Like the 1989 film on which it is based, Kevin Murphy and Laurence O’Keefe’s musical aims for cult status. Given a brief West End run that is well worth catching, the show can make a claim for that status: the production, directed by Andy Fickman, keeps popping up and fans are as enthusiastic as the energetic performances on offer.
Heathers has its quirks – not all of them work – but there’s a striving for originality that is admirable. The show enjoys a twisted sensibility that, in truth, has limited shock value. And you can question how the topics of teenage suicide and mass killing are handled. What, no trigger warning? Nonetheless, the show is well above average.
Twists on high-school dramas are as predictable as high-school dramas themselves. But the titular characters here, popular girls who share the same first name, are impressively repulsive. Led by Jodie Steele, who makes her role fool-proof with its brashness, the trio are fun. Our actual heroes are the real psychopaths, with roles that aren’t much more convincing, even if Christina Bennington and Jordan Luke Gage give their very best.
The music is good. This is a fine collection of rock/pop songs on the right side of late 1980s pastiche. If there aren’t enough stand-out numbers, collectively the score and lyrics are impressive. And all the numbers demand powerful vocals provided by everyone on stage. It’s rousing stuff, often funny and occasionally original. The choreography, from Gary Lloyd (also associate director), with mirroring moves to show the Heathers’ influence on others, is also strong. The production is almost entertaining enough to ignore what is actually going on.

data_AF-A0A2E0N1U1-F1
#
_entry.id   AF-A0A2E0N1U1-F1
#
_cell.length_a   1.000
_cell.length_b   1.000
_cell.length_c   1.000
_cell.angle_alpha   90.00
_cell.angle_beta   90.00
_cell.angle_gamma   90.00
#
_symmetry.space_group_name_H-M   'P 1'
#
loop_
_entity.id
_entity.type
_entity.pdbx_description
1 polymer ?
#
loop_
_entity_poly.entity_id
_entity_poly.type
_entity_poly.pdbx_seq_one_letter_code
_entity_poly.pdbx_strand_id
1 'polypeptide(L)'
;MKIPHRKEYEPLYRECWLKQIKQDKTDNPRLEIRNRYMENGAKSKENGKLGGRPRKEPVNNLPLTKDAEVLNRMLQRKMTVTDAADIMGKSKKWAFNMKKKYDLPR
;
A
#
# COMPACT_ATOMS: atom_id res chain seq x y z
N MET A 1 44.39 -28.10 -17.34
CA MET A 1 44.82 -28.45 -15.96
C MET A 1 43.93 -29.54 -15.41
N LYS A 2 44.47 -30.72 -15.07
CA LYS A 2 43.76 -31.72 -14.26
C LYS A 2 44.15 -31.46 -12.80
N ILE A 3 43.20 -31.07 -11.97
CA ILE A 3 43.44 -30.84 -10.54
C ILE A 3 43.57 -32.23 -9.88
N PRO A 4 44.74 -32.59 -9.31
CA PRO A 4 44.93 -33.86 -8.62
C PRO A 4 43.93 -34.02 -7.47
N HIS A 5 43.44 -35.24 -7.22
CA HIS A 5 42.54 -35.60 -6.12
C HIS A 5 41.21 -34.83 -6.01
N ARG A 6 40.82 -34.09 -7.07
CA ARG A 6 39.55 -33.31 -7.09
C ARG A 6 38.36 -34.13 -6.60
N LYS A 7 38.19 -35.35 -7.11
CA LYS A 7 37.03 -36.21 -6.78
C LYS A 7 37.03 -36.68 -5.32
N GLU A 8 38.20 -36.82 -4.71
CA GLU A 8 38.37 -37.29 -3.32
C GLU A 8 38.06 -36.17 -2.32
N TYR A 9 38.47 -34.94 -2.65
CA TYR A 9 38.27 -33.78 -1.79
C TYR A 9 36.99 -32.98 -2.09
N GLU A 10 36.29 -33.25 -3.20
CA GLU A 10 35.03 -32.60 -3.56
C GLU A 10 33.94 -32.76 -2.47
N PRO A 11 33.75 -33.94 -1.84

In common with lots of teen dramas, the adults in the piece are awful (even with the excellent Lauren Ward putting in a star turn as a hippy teacher). It might be better to excise them altogether. And while strong female characters are welcome, might balance help? I think every named male character is either a potential rapist, a closeted homosexual or a serial killer!
Following the movie closely makes the plot cumbersome on stage. Murphy and O’Keefe’s tweaks are good – especially having victims appear as ghosts, not least because we get to see more of Steele – but they only add to a plot that starts to become unwieldy. And we do have to address the very serious subject matter. Not because musicals can’t tackle such subjects, or that humour shouldn’t be used to examine them, but because Heathers doesn’t deal with violence well. In a long show, questions of motive and morality are shoehorned in or glossed over. A too speedy resolution and homespun wisdom tacked on don’t do the subject – or the show – justice.
Until 11 September 2021
Photos by Pamela Raith